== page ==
A study conducted by a group of researchers at the University of British Columbia and Harvard Business School, suggested that using money to buy free time is linked to greater life satisfaction. The study lead author Ashley Whillans, assistant professor at Harvard Business School who carried out the research as a PhD candidate in the UBC department of psychology stated that 'People who hire a housecleaner or pay the kid next door to mow the lawn might feel like they're being lazy, but our results suggest that buying time has similar benefits for happiness as having more money.' The researchers surveyed around 6,000 adults in the United States, Denmark, Canada and the Netherlands. Respondents were asked if they were to spend each month to buy themselves free time, how much would they had spent and rated their life satisfaction. Respondents who spent money on purchases which are time saving reported greater life satisfaction. The effect remains the same even after controlling for income. Moreover, to test whether buying time causes greater happiness, the researchers also conducted a field experiment. According to the research, sixty respondents were randomly assigned to spend $40 on a time saving purchase, and $40 on a material purchase. The results showed that people felt happier when they spent money on a time saving purchase than on a material purchase.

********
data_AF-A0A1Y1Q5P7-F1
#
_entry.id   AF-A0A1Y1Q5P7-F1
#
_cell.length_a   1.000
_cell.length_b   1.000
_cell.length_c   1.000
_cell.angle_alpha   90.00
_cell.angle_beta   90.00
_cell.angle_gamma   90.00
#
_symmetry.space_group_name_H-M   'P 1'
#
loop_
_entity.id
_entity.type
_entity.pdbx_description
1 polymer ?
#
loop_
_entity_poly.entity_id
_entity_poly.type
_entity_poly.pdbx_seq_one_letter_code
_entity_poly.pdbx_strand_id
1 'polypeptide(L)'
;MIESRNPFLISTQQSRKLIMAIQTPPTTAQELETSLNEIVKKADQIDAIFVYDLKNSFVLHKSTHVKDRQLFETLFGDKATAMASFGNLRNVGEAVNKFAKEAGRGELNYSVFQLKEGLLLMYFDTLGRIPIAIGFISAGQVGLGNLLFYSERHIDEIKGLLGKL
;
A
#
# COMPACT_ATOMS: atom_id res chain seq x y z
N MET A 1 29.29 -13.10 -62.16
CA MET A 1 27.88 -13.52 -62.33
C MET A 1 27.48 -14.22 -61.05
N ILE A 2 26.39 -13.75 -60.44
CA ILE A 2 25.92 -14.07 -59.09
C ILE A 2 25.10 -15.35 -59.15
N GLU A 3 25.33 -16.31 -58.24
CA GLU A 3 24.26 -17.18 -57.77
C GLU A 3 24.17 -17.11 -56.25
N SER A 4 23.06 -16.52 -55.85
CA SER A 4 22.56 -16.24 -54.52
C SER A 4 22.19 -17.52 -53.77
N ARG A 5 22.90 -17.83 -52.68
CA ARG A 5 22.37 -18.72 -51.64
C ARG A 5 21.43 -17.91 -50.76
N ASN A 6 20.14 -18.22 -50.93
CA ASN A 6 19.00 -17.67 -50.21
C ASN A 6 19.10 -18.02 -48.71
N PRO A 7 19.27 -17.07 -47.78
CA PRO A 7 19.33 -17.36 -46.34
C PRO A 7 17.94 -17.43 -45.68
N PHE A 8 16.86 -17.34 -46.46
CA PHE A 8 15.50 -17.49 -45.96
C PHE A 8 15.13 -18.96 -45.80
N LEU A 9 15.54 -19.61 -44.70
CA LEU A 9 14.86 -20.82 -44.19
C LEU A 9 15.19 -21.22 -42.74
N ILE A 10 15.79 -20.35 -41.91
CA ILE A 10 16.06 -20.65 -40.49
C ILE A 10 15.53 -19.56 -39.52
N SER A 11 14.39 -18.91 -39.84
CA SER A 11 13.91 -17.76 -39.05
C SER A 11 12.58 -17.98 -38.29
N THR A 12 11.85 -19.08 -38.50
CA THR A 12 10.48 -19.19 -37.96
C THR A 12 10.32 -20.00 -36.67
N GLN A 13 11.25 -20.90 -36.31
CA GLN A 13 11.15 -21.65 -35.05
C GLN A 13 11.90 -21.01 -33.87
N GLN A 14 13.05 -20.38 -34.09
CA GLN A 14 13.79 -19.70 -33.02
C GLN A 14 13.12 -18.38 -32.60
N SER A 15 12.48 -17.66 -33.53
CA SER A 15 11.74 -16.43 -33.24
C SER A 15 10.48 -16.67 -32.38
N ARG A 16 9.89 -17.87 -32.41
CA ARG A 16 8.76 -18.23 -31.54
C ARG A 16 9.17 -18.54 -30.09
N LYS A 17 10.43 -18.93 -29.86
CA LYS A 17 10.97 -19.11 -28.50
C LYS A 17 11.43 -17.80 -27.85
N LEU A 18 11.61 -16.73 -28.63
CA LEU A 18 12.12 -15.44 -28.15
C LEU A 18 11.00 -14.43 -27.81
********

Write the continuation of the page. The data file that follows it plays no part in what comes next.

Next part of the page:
In conclusion, I believe that money can buy happiness but cannot buy eternal joy. Purchasing physical materials will only result in a limited amount of satisfaction as it cannot buy you the feelings you get from love and affection. Besides that, it also cannot purchase everything in world such as a deceased loved one or the memories made with them. However, as quoted by Robert Rolih the author of The Million Dollar Decision: Get Out of the Rigged Game of Investing and Add a Million to Your Net Worth, “They say money cannot buy happiness. But it can sure as hell solve a lot of problems!”. There is also a research conducted by Nobel Prize-winning economist Daniel Kahneman. He studied 45,000 families in the United States and found that the same vicious incidents (such as unemployment, car accidents, illnesses, etc.) are more painful for the poor and less painful for the rich. Why do rich people have a high tolerance for negative events? Money can buy happiness, by buying a sense of security to a large extent. Money is like a protective film that enhances our ability to resist risks and, to a certain extent, withstand disasters. Therefore, money does buy happiness, provided it is used in the right way.